• 4. As an entitlement to the original sale of electronically delivered software, the Taxpayer furnishes customers with prewritten software releases without any further charge within a few weeks or months after the original transaction. If the software releases are delivered electronically and no tangible medium is provided to the customer, such releases will not affect the exempt nature of the original sale of software. If the Taxpayer conveys the software releases via a tangible medium, the true object test outlined in Title 23 of the Virginia Administrative Code (VAC) 10-210-4040 must be applied to the transaction to determine if the sale of tangible personal property is taxable.
  • 5. Under a separate software maintenance agreement or as an entitlement under the original sale of electronically delivered software, the Taxpayer brings on-site or ships to the customer prewritten software maintenance repairs and patches for the previously downloaded software. If provision of repairs and patches is an entitlement of the original purchase, the response to item #4 above applies. On the other hand, the application of the tax to maintenance contracts follows the same application of the tax to the property for which such contracts are intended. See P.D. 95-49 (3/20/95). In other words, if the software is exempt from the sales and use tax, the maintenance agreement is also exempt.

    6. Although the customer initially downloads an electronic copy of the prewritten software, the Taxpayer provides the customer with a separate, tangible medium backup copy of the same software conveyed electronically. Because the customer receives a tangible copy of the prewritten software, the entire transaction constitutes the sale of tangible personal property and is taxable to the consumer.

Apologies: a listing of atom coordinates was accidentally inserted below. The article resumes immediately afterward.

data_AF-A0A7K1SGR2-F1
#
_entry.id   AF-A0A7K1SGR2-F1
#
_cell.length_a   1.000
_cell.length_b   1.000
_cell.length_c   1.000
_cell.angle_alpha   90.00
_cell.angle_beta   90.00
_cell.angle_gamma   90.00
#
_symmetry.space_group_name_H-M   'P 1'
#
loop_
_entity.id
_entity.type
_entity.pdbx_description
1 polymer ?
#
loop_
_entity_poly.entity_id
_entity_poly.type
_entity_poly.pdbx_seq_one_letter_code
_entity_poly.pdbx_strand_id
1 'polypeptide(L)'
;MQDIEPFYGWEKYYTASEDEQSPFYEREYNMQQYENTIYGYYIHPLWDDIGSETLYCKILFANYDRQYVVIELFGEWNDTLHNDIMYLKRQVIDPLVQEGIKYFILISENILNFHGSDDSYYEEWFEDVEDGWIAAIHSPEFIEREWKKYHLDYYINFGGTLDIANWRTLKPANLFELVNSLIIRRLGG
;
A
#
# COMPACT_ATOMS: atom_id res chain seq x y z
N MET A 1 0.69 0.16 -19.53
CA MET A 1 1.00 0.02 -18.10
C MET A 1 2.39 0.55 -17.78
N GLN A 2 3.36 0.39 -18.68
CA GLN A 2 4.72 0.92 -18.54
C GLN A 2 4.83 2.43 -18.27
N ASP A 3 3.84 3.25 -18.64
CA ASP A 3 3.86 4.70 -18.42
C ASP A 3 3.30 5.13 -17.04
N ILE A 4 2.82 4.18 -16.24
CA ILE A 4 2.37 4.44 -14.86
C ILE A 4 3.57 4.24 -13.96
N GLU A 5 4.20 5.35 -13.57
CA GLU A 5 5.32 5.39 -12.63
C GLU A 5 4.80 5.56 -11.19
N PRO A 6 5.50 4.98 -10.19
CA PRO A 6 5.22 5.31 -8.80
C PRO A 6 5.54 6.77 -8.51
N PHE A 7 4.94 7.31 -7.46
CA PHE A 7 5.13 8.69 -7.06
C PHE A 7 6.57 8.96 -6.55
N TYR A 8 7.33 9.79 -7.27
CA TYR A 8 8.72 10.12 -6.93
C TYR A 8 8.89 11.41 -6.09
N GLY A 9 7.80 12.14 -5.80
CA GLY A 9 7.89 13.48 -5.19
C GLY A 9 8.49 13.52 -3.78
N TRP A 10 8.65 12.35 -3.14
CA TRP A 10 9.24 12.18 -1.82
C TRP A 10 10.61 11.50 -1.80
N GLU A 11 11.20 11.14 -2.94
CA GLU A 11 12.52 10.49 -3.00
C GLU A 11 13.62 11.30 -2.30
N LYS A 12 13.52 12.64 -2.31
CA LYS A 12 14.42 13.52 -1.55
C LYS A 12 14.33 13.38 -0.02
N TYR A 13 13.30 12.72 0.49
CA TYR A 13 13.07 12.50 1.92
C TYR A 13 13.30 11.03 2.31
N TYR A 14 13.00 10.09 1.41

• 7. The Taxpayer will restore the customer's crashed computer system. In these instances, the Taxpayer will bring tangible software to the customer's site to reinstall the software (previously delivered to the customer electronically) onto the customer's computer system. Provided the Taxpayer does not convey the tangible software to the customer in any manner and merely uses it to furnish its service, the restoration charges made to the customer will not be taxable.
  • 8. The Taxpayer will provide a technical service associate at the customer's location to perform or assist in executing the electronic software download and installing the same software onto other devices of the customer's computer system. This installation service will not affect the exempt nature of the electronic download of prewritten software, provided no tangible copies of the software (whether for backup or other purposes) are furnished to the customer and the software is not installed on equipment sold by the Taxpayer. If this installation service is in connection with the taxable sale of computer hardware (i.e., the software sold is to be installed on hardware sold by the Taxpayer), the charge for the prewritten software will be taxable although electronically conveyed to the customer's site. In such instances, separately stated charges for installation labor will be eligible for exemption. See Va. Code § 58.1-609.5 2.